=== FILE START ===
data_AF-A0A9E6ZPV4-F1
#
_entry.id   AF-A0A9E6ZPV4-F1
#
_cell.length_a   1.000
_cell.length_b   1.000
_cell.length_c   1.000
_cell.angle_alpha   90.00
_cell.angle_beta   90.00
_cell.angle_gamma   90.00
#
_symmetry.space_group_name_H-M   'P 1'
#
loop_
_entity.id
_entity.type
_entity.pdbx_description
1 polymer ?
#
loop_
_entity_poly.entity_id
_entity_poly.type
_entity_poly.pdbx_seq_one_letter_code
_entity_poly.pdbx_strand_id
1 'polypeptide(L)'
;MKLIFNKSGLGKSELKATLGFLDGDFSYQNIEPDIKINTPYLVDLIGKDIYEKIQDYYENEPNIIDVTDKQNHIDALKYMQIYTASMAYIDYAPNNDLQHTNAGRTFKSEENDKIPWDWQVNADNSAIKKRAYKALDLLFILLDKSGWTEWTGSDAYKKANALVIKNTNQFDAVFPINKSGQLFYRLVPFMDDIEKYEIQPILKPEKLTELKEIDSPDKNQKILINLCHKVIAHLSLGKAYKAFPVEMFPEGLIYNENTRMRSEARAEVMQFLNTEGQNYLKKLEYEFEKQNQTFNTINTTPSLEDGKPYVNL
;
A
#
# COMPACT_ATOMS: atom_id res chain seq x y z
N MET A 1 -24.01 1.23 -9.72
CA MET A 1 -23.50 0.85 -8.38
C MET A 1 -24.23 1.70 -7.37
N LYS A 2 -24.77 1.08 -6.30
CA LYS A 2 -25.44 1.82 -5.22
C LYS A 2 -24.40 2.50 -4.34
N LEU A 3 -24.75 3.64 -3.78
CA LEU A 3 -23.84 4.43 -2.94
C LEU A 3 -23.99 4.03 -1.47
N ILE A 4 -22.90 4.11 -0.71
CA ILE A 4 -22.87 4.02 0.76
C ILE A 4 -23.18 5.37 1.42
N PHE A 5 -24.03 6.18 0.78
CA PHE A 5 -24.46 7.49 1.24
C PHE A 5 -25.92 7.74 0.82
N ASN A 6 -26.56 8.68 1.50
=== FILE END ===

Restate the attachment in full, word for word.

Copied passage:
data_AF-A0A9E6ZPV4-F1
#
_entry.id   AF-A0A9E6ZPV4-F1
#
_cell.length_a   1.000
_cell.length_b   1.000
_cell.length_c   1.000
_cell.angle_alpha   90.00
_cell.angle_beta   90.00
_cell.angle_gamma   90.00
#
_symmetry.space_group_name_H-M   'P 1'
#
loop_
_entity.id
_entity.type
_entity.pdbx_description
1 polymer ?
#
loop_
_entity_poly.entity_id
_entity_poly.type
_entity_poly.pdbx_seq_one_letter_code
_entity_poly.pdbx_strand_id
1 'polypeptide(L)'
;MKLIFNKSGLGKSELKATLGFLDGDFSYQNIEPDIKINTPYLVDLIGKDIYEKIQDYYENEPNIIDVTDKQNHIDALKYMQIYTASMAYIDYAPNNDLQHTNAGRTFKSEENDKIPWDWQVNADNSAIKKRAYKALDLLFILLDKSGWTEWTGSDAYKKANALVIKNTNQFDAVFPINKSGQLFYRLVPFMDDIEKYEIQPILKPEKLTELKEIDSPDKNQKILINLCHKVIAHLSLGKAYKAFPVEMFPEGLIYNENTRMRSEARAEVMQFLNTEGQNYLKKLEYEFEKQNQTFNTINTTPSLEDGKPYVNL
;
A
#
# COMPACT_ATOMS: atom_id res chain seq x y z
N MET A 1 -24.01 1.23 -9.72
CA MET A 1 -23.50 0.85 -8.38
C MET A 1 -24.23 1.70 -7.37
N LYS A 2 -24.77 1.08 -6.30
CA LYS A 2 -25.44 1.82 -5.22
C LYS A 2 -24.40 2.50 -4.34
N LEU A 3 -24.75 3.64 -3.78
CA LEU A 3 -23.84 4.43 -2.94
C LEU A 3 -23.99 4.03 -1.47
N ILE A 4 -22.90 4.11 -0.71
CA ILE A 4 -22.87 4.02 0.76
C ILE A 4 -23.18 5.37 1.42
N PHE A 5 -24.03 6.18 0.78
CA PHE A 5 -24.46 7.49 1.24
C PHE A 5 -25.92 7.74 0.82
N ASN A 6 -26.56 8.68 1.50